Group Creates Curriculum and Institute To Promote Teaching Religious Liberty
WASHINGTON--The Williamsburg Charter Foundation last week announced the creation of a curriculum and an institute designed to promote the teaching of principles of religious liberty in classrooms across the nation.
The announcement of those developments represented the last official act of the foundation, which evolved as part of the nationwide commemoration of the bicentennial of the United States Constitution and the Bill of Rights.
In 1988, the group produced a document, the Williamsburg Charter, that "rededicated" the nation to principles of religious liberty. The curriculum unveiled here last week was designed to reflect those ideals.
But educators said the new institute and curriculum could also play a role in the growing national movement to teach more in general about religion and civics in public schools. (See Education Week, June 6, 1988.)
Because of controversy over the subject, information on religions has long been minimized in textbooks used in public schools. In recent years, however, a number of states, including California, Utah, and Carolina, have taken steps to require schools to teach more about religion in their classes.
"What I would hope would be that this would encourage teachers to be comfortable in teaching about religion and, if that comes about, it could be an important first step," said Ernest L. Boyer, president of the Carnegie Foundation for the Advancement of Teaching and chairman of the board of prominent national educators that reviewed the curricula.
"You can't understand history without knowing about the role of religion in the human story," Mr. Boyer continued. "You can't understand art, the colonial experience, or architecture without understanding the role of religion."
The new institute, formally known as the First Liberty Institute, will be located at George Mason University in Fairfax, Va. Funded through private donations and consulting fees, the center is designed to serve as a training and information resource for educators nationwide teaching about religious liberty.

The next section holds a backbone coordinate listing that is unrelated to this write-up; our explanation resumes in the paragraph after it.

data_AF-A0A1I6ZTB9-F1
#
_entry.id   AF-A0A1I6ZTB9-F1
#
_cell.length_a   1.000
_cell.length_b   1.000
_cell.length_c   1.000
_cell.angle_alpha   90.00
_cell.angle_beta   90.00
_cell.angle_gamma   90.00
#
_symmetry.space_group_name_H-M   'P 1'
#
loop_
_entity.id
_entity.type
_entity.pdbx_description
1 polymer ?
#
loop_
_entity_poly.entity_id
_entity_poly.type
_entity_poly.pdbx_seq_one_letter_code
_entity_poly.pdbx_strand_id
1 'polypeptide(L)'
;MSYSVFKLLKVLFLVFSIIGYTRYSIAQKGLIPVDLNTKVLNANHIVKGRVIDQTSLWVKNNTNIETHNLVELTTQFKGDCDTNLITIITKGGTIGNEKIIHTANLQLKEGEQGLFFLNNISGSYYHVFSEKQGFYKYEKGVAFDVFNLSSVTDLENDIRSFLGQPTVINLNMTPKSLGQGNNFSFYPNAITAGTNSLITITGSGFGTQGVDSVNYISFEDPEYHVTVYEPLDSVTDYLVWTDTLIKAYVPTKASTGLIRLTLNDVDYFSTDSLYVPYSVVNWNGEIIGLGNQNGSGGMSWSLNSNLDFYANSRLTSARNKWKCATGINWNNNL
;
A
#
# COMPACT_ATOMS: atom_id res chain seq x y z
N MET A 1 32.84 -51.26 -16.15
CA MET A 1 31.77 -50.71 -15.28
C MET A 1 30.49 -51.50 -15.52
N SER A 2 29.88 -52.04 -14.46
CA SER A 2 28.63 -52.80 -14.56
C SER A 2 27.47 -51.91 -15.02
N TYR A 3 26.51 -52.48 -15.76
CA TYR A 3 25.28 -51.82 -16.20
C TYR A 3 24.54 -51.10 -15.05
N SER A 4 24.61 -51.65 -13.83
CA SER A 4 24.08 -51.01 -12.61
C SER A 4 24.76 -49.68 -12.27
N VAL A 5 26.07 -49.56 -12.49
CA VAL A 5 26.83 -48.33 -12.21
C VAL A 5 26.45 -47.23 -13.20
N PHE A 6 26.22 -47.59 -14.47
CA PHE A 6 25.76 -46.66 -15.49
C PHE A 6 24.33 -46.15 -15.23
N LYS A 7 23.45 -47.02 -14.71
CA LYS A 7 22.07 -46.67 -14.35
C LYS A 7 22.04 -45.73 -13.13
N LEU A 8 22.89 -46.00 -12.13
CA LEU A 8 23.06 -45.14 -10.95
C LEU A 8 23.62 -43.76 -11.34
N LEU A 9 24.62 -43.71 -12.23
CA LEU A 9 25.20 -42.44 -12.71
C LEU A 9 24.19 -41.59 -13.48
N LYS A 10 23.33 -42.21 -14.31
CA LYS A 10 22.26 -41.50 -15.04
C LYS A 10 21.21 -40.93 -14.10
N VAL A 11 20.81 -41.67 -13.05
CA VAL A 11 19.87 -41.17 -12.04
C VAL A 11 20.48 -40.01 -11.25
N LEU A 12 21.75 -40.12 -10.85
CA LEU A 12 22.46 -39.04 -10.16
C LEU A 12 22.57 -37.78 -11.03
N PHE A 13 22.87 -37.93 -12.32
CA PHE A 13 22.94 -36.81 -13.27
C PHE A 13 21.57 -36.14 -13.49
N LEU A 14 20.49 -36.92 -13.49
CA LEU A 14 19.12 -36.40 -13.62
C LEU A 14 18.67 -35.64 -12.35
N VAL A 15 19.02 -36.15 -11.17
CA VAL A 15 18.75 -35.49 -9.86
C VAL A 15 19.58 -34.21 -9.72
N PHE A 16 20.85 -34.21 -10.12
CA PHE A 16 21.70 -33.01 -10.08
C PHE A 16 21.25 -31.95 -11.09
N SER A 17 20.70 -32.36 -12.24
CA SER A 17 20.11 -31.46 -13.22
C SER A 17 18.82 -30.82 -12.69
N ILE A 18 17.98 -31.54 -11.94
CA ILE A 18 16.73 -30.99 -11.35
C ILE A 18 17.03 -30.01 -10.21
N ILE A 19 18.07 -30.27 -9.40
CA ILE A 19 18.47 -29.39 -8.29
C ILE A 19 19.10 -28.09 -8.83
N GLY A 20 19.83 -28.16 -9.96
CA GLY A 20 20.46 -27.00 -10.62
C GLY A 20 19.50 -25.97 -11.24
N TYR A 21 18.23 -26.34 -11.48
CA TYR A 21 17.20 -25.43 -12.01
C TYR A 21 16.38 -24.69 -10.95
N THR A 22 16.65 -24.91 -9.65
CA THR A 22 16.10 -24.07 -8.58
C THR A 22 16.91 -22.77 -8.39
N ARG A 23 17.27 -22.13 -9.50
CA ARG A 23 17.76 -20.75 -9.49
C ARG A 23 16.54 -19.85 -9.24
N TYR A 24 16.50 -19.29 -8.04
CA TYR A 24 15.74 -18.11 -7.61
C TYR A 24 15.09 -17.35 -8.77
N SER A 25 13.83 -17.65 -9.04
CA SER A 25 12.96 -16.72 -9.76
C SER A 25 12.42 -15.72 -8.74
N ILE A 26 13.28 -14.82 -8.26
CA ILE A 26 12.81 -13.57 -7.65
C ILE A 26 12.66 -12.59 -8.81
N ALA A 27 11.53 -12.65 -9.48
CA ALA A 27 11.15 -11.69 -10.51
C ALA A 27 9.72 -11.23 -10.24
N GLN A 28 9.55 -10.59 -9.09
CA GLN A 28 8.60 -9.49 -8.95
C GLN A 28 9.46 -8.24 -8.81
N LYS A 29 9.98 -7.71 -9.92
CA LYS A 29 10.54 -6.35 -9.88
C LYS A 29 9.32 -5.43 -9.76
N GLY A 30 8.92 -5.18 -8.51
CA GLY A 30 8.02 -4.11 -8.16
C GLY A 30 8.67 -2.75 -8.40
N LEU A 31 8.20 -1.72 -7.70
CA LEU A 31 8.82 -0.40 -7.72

"If you have a curriculum out there that talks about these issues--and they are somewhat controversial--you need to have some place where you can call and say, 'How can I handle this?' or 'I need teacher training,"' said Charles C. Haynes, the institute's executive director.
Mr. Haynes was among the scholars, educators, and religious groups that helped develop the curriculum, entitled "Living With Our Deepest Differences." With separate editions targeted for students in upper elementary, junior-high, and high schools, the curriculum consists of a one-week course addressing the principles and problems of religious liberty in a pluralistic society.
"We are now a nation of some 3,000 religious groups and a growing number of people with no religious preference at all," Mr. Haynes said. This curriculum, "supported by a strong teacher-education program, will help teachers to teach and students to learn in ways that respect religious distinctiveness while affirming our civic consensus," he said.
The curriculum, one of several available for instruction in religion and religious liberty, is published by Learning Connections Publishers, Inc., of Boulder, Colo., and Boston.
While the program has been praised by some of the 150 teachers who pilot-tested it, one expert on religious liberty who attended the press conference last week expressed some concern about it.
Edd Doerr, executive director of Americans for Religious Liberty, a Maryland-based organization that promotes such principles, said early drafts of the materials contained trivial information and left out central figures in the evolution of religious-liberty concepts. Mr. Doerr noted, however, that he had not seen the finished product.
He said other experts had also expressed some concerns about what they perceived to be anti-Catholic and anti-Semitic tones in early drafts of the materials.
A spokesman for the First Liberty Institute last week said that as much as one-third of the curriculum had been revised to address those criticisms.